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Richard G. Condon Prize, 2010 The Part of Me that Wants to Grab: Embodied Experience and Living Translation in U.S. Chinese Medical Education

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Abstract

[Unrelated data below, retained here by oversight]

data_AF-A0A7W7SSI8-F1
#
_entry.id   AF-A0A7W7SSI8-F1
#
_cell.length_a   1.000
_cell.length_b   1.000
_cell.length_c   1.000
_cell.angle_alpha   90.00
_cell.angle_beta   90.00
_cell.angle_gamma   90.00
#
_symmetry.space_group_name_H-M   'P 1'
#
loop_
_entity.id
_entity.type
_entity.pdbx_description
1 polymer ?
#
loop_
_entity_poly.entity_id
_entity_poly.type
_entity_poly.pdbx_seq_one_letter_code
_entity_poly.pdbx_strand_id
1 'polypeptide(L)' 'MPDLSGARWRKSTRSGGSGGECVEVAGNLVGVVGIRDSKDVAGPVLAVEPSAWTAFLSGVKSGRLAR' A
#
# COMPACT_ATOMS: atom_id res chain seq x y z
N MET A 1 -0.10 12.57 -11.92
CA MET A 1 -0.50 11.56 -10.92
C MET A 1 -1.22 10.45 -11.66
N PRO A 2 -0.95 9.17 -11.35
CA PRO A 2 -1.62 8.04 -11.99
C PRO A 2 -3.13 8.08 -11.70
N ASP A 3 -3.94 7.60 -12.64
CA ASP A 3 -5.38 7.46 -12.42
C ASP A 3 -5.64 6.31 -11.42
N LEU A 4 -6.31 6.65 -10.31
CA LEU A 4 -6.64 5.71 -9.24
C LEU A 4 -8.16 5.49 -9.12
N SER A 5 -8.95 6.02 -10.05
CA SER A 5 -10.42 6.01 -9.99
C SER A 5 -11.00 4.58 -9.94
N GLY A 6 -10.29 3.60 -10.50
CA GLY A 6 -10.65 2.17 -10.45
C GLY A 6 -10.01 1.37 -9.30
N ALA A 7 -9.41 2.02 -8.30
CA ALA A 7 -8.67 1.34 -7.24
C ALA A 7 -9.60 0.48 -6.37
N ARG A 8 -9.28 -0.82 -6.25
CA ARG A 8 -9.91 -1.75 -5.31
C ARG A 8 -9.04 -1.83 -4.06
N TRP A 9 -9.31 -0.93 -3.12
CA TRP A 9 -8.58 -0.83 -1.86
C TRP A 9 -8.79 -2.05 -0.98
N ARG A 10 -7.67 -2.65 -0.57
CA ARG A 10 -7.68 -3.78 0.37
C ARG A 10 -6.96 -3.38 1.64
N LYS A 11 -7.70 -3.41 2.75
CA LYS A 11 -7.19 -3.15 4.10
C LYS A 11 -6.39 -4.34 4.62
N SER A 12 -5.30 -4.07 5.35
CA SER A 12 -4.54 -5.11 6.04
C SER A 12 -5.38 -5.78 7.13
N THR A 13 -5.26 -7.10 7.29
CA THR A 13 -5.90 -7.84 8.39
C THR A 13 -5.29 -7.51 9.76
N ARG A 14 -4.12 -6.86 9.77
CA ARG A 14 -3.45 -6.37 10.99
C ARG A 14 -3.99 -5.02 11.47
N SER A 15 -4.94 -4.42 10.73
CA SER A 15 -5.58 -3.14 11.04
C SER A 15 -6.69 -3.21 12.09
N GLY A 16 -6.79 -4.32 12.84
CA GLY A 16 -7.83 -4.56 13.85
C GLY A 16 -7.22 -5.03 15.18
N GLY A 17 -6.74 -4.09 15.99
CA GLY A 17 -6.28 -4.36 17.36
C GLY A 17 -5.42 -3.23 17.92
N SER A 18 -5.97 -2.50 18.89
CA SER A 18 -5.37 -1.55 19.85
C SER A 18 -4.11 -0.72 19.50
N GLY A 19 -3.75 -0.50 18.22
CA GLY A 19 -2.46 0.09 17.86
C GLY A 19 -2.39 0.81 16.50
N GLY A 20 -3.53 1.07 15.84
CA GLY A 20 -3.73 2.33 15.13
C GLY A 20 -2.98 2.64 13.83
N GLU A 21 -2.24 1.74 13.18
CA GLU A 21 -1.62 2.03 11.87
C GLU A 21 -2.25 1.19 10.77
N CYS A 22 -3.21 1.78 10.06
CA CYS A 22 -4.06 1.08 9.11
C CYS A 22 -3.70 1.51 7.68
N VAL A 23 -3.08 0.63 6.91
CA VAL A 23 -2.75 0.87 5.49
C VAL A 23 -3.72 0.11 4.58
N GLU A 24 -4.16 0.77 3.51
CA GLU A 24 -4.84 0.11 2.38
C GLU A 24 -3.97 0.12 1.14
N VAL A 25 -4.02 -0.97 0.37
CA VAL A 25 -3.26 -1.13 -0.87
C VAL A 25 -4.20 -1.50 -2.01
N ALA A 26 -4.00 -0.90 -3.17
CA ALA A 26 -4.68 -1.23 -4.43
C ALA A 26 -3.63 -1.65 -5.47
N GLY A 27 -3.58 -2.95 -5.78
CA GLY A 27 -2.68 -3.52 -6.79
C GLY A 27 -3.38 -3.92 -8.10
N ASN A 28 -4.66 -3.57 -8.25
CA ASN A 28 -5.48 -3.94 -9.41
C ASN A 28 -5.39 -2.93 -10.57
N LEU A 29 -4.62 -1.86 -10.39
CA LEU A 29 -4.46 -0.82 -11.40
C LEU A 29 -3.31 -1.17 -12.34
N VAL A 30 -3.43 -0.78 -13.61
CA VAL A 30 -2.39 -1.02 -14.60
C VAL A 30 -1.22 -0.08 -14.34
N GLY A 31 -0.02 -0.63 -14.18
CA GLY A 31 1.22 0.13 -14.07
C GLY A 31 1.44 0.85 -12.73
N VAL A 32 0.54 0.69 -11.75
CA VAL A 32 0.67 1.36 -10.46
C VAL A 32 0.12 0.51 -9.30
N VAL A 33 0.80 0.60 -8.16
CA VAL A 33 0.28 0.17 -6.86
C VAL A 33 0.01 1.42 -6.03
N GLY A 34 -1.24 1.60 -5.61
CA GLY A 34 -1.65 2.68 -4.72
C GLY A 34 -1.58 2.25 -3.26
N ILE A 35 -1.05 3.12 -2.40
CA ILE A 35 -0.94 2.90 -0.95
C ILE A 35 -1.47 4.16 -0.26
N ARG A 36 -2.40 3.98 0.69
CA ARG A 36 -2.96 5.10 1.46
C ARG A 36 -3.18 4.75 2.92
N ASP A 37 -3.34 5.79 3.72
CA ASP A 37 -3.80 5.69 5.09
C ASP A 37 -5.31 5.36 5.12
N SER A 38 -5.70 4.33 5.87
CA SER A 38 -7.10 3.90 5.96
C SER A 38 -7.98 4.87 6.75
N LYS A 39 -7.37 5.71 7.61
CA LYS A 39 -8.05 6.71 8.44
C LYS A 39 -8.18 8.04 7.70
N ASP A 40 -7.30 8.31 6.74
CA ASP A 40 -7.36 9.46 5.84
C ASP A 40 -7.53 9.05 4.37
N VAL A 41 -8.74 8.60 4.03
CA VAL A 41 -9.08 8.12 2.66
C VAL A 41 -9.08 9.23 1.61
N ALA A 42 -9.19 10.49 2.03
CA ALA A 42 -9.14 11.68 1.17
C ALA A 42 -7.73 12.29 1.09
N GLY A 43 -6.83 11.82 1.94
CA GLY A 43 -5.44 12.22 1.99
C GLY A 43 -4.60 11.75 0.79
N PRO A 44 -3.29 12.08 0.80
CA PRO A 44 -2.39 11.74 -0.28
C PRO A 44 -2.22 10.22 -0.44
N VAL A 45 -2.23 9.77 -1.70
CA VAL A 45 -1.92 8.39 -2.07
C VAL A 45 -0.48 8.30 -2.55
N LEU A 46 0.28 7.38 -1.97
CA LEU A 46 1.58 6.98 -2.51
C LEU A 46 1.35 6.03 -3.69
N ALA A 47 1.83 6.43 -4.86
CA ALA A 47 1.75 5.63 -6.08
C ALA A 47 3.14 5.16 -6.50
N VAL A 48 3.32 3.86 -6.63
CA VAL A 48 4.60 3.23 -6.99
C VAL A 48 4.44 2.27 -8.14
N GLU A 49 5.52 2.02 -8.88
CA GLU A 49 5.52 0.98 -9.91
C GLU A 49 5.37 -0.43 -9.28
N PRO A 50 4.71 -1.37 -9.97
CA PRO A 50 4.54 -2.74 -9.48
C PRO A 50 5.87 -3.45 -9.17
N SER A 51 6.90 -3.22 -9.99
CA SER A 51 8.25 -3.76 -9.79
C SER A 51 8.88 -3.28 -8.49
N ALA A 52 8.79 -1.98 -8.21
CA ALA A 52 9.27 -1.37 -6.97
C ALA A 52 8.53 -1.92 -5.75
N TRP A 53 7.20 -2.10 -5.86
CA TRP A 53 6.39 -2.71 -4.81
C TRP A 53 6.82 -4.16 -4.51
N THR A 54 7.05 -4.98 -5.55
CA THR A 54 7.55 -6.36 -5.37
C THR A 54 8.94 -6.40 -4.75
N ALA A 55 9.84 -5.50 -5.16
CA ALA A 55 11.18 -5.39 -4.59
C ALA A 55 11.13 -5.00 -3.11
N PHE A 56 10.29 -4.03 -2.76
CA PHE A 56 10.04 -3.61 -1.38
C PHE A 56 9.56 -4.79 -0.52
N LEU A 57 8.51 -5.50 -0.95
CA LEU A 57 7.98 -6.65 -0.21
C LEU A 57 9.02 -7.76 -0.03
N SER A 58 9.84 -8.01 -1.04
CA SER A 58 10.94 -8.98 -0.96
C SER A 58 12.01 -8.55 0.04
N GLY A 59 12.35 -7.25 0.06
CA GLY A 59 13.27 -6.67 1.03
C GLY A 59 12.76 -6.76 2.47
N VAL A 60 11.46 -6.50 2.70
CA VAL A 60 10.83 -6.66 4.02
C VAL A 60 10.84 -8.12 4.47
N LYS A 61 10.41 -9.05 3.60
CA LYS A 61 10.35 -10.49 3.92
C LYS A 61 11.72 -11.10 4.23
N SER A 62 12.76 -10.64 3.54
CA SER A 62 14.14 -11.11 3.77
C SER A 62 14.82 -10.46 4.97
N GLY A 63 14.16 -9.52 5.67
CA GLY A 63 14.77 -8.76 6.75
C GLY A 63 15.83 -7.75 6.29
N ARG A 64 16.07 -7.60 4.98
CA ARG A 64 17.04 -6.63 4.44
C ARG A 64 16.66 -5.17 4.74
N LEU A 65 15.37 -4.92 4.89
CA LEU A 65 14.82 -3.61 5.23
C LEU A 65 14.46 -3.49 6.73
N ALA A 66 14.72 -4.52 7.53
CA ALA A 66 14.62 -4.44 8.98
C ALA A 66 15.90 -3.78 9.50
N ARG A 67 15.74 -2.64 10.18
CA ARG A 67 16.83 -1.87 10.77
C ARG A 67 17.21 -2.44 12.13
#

Abstract In this article, I examine the relationship between embodiment, learning, and translation in the field of U.S. Chinese medical education. Based on data collected over two years of video-recorded classroom interaction and audio-recorded interviews in a Southern California school of Chinese medicine, I present several examples of how specific Chinese terms are interpreted and learned vis-à-vis embodied experience. Analysis of these segments demonstrates that translation does not end with the terms chosen to represent Chinese concepts in texts and other materials, but continues in an ongoing series of encounters in which participants' bodies are intercorporeally engaged with language as they gradually come to understand terms describing aspects of the self, the pulse, and herbal actions. This ongoing process is referred to as “living translation,” a notion that bridges linguistic studies of interaction and translation with psychocultural theories of embodiment and individual experience to advance understanding of the day-to-day contingencies of language socialization, translation, and embodiment in the emergent field of U.S. Chinese medicine.

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